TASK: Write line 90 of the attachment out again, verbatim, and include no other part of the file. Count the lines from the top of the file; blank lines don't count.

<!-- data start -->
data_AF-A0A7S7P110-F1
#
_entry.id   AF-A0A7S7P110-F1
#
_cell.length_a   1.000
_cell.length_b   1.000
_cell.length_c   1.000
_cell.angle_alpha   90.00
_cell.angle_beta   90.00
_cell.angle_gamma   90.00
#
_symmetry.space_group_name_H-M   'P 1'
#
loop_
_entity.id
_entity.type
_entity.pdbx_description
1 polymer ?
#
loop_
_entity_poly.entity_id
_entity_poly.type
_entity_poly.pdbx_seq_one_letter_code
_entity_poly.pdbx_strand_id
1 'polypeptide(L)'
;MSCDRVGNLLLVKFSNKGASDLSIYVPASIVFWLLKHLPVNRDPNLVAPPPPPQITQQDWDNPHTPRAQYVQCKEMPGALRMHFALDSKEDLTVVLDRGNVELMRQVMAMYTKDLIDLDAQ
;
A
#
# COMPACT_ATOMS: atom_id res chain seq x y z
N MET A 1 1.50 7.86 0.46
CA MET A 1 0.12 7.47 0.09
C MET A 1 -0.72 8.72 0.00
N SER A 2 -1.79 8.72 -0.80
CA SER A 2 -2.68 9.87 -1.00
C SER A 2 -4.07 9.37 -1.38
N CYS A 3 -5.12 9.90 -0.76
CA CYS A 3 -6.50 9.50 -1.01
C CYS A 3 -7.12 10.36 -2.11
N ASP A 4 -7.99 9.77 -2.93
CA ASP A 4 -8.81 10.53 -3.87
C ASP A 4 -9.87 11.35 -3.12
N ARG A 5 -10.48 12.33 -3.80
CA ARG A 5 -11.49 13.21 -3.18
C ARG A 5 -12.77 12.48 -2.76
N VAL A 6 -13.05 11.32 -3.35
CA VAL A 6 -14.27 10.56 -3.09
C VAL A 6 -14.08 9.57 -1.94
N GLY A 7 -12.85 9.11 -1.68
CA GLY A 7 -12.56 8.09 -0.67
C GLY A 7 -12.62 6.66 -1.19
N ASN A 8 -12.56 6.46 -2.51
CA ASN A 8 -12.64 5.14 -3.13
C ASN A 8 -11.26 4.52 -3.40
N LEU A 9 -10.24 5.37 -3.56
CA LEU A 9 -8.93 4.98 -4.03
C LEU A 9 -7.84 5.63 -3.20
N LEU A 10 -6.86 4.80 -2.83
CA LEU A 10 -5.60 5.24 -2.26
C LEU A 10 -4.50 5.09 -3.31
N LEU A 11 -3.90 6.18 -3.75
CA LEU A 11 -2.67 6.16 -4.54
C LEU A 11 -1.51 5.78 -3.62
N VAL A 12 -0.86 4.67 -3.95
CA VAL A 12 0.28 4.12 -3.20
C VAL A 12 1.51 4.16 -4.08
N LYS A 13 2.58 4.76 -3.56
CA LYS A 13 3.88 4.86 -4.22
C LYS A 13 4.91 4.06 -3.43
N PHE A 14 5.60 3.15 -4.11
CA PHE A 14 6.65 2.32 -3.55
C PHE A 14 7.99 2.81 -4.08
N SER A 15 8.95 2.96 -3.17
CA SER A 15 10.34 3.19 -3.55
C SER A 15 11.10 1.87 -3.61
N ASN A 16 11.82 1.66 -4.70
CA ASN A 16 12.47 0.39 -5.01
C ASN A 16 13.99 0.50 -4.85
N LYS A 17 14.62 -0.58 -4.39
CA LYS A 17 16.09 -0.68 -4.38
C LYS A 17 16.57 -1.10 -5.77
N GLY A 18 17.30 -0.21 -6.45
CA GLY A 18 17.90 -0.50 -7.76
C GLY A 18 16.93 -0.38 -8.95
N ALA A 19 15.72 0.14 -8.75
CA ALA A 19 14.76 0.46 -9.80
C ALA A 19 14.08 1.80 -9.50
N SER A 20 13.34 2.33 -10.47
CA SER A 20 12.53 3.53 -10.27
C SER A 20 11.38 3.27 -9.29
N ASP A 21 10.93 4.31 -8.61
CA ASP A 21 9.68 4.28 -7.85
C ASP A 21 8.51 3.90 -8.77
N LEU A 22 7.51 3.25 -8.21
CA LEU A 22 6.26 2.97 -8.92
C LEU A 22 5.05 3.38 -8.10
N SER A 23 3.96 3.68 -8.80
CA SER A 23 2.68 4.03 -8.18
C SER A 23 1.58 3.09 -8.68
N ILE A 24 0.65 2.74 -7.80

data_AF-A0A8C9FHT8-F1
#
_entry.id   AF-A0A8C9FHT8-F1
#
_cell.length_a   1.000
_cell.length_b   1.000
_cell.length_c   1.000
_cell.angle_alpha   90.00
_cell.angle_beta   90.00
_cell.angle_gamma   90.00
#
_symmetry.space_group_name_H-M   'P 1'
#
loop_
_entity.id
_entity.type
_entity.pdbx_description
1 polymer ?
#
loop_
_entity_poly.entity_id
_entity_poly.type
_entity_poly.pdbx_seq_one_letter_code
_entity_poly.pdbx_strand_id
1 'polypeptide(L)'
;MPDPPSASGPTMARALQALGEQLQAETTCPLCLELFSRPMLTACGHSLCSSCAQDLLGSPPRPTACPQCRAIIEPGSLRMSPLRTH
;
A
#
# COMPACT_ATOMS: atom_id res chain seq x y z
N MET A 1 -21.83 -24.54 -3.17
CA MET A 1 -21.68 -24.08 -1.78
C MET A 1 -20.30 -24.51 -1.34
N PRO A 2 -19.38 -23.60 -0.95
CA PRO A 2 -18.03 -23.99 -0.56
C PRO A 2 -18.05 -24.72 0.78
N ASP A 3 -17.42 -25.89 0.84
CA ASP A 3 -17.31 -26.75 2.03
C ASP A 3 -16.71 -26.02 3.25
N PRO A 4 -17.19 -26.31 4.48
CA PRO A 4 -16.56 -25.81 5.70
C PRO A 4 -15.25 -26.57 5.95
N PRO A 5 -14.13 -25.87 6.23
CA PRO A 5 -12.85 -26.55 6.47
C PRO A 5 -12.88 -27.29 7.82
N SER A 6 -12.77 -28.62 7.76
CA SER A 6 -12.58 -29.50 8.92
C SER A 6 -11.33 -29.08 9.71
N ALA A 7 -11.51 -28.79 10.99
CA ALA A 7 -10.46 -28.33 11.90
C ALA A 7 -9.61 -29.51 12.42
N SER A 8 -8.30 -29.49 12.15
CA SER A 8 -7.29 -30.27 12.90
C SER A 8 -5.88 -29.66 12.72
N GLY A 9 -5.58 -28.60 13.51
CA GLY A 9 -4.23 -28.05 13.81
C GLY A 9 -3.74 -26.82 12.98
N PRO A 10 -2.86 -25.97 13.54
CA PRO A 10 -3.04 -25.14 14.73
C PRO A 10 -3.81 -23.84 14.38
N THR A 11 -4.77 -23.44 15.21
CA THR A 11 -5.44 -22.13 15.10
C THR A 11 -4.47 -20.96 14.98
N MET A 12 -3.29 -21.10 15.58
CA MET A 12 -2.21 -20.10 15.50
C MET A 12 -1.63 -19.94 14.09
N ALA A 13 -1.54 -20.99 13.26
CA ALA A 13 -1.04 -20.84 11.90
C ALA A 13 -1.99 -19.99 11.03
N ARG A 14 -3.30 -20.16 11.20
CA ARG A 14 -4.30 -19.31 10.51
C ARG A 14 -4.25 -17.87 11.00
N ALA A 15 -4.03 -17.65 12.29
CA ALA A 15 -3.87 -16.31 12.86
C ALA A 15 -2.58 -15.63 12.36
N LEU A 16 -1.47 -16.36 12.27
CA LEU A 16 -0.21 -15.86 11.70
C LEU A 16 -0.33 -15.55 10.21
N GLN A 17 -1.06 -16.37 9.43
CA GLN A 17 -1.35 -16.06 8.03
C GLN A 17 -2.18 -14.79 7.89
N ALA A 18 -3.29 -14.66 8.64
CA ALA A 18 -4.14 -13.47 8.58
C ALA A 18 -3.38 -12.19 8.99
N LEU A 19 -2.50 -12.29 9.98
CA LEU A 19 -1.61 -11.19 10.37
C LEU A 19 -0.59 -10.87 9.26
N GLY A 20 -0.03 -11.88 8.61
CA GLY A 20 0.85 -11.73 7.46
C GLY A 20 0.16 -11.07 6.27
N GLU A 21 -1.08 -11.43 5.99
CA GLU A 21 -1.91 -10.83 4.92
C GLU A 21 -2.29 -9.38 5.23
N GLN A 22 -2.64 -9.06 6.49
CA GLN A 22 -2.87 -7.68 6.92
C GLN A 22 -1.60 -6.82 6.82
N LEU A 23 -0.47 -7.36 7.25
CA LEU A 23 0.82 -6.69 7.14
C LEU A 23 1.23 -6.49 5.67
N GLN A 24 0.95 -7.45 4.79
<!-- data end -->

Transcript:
C SER A 20 11.38 3.27 -9.29